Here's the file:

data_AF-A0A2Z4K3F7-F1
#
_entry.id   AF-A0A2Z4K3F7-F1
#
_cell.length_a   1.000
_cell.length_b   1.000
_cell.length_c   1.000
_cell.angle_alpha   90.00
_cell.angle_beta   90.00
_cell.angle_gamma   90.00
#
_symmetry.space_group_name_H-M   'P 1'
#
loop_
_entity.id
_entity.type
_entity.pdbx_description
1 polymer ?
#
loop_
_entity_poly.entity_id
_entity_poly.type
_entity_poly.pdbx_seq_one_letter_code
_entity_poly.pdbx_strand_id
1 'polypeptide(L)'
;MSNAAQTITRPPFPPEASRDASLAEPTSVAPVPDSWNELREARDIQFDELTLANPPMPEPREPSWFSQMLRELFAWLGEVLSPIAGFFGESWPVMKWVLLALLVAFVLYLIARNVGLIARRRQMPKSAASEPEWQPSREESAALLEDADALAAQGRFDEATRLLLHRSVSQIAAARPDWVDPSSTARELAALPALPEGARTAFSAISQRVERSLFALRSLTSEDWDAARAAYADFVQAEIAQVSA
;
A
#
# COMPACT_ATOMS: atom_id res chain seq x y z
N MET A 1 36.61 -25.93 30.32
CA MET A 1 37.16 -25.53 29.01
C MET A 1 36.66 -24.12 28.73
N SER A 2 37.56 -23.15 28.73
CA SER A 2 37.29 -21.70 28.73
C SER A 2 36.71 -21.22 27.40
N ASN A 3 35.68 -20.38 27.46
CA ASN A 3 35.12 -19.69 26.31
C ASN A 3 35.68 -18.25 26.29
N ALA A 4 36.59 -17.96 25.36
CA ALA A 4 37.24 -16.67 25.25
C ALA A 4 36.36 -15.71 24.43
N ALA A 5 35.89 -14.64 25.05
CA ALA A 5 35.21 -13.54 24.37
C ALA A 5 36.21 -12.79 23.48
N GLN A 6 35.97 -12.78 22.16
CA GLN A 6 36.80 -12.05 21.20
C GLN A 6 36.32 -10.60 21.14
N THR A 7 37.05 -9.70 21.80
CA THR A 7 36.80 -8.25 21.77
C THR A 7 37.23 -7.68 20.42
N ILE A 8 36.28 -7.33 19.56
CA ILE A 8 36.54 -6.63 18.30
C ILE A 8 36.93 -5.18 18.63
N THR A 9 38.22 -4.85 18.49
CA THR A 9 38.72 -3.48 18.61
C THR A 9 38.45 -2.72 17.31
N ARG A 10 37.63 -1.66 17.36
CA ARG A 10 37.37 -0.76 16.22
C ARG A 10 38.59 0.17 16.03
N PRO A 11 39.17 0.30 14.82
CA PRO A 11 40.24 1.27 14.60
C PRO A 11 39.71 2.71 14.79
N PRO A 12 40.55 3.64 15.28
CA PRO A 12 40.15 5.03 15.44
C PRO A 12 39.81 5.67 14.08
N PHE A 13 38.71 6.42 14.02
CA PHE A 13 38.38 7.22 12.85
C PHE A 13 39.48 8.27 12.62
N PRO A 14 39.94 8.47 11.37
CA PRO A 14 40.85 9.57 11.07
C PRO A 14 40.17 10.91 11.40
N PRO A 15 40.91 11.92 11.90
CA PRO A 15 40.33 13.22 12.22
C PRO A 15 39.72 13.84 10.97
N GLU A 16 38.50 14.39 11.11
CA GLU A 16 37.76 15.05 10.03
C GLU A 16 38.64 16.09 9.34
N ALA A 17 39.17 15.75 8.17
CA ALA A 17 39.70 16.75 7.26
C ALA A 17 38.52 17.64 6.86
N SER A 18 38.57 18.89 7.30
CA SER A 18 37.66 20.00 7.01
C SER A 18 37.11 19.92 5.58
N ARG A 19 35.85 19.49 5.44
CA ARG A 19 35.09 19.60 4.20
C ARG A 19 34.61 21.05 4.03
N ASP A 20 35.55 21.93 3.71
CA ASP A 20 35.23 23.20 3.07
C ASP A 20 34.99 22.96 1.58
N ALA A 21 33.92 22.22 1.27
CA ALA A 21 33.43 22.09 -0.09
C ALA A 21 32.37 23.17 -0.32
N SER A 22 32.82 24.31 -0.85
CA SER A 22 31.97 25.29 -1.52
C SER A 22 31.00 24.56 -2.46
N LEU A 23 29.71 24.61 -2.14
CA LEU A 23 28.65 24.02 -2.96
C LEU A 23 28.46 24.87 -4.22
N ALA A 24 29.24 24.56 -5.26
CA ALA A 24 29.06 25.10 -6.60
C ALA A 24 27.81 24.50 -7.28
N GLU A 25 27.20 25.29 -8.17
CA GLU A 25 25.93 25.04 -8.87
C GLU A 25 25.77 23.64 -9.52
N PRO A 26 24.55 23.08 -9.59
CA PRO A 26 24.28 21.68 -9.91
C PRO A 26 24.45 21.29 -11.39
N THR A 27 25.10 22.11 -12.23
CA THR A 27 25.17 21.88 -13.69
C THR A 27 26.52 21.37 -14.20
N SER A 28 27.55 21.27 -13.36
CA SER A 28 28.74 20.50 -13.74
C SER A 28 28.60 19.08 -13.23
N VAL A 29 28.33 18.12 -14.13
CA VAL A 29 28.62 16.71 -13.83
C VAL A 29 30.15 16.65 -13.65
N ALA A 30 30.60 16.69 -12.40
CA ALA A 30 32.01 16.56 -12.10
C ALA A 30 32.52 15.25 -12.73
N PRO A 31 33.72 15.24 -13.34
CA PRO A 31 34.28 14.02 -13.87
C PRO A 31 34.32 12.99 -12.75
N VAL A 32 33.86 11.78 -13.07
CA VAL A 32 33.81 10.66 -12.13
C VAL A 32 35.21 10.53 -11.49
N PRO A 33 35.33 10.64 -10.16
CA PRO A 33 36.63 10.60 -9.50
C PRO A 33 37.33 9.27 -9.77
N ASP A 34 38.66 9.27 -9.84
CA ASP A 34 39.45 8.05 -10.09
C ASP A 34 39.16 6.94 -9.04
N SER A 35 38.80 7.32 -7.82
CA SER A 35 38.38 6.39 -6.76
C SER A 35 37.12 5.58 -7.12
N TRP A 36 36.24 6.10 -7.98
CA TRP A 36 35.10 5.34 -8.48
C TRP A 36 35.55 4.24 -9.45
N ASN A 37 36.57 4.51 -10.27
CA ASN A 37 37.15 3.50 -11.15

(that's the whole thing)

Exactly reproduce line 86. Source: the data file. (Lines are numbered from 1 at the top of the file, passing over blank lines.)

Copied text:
CA ARG A 19 35.09 19.60 4.20